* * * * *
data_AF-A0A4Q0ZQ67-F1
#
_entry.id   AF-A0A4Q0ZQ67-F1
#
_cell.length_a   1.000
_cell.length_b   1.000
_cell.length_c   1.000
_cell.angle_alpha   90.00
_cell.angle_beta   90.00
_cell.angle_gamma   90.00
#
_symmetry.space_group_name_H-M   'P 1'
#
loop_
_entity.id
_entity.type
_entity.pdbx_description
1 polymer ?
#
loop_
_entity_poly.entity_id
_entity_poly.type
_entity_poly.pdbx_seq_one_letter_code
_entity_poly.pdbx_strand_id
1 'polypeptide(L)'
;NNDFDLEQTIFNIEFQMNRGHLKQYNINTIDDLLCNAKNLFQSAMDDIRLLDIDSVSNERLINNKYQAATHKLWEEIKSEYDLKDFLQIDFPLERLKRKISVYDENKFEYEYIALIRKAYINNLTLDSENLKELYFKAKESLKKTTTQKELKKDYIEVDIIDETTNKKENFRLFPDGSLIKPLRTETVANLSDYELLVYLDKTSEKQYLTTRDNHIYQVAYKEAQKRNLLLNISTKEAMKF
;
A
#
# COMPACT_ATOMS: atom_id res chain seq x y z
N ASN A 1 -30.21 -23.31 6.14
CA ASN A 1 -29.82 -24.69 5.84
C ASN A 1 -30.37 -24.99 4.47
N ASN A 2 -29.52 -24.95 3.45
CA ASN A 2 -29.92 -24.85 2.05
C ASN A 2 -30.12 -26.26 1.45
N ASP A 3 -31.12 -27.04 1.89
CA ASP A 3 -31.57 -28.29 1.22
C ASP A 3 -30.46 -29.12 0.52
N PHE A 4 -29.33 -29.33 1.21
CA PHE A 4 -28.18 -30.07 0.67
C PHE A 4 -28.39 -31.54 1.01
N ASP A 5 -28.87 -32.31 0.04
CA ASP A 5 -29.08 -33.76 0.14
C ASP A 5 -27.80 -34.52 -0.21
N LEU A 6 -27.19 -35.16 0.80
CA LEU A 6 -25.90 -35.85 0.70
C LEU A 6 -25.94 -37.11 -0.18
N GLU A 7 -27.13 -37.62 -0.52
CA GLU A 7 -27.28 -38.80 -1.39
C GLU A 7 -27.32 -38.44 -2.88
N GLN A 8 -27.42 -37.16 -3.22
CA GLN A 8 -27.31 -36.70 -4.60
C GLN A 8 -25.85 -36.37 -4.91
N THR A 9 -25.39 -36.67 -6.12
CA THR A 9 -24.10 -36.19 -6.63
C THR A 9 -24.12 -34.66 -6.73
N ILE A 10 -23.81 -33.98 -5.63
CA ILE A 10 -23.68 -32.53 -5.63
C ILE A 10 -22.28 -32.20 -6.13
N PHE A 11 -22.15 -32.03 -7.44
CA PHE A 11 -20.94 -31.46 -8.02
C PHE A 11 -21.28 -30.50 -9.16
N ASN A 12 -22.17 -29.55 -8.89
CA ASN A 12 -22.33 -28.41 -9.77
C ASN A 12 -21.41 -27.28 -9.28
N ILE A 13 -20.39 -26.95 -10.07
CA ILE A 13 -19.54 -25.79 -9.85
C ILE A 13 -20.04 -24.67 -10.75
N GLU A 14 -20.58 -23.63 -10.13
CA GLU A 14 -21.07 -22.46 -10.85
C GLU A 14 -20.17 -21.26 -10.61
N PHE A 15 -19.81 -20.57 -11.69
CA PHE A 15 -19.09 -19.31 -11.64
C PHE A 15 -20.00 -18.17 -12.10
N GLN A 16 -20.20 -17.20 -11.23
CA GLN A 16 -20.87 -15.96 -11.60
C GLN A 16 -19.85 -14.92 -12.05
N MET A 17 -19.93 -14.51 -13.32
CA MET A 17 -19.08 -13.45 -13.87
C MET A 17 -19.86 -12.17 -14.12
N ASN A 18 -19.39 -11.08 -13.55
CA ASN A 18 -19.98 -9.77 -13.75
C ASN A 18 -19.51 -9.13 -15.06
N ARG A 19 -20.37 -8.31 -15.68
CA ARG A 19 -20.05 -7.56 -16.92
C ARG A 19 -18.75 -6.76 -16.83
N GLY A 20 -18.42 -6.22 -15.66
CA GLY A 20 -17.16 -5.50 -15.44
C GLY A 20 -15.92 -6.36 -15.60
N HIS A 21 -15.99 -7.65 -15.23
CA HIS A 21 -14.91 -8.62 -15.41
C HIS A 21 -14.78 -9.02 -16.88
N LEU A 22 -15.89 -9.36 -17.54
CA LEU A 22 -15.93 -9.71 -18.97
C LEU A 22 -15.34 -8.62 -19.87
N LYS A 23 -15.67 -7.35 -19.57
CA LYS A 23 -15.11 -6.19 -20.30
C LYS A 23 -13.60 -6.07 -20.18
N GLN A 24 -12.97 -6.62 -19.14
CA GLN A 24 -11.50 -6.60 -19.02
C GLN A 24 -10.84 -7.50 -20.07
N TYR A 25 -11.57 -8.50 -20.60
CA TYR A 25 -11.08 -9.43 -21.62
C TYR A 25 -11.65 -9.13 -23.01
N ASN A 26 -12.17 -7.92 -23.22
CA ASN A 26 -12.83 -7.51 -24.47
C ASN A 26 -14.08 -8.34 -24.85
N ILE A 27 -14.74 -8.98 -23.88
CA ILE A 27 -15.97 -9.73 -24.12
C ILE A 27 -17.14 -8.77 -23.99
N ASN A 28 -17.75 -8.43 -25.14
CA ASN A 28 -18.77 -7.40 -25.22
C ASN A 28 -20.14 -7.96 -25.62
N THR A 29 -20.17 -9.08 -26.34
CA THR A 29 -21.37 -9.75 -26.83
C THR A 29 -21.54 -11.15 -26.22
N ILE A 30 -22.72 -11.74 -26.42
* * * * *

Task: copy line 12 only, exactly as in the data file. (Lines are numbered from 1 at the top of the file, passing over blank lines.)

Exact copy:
_symmetry.space_group_name_H-M   'P 1'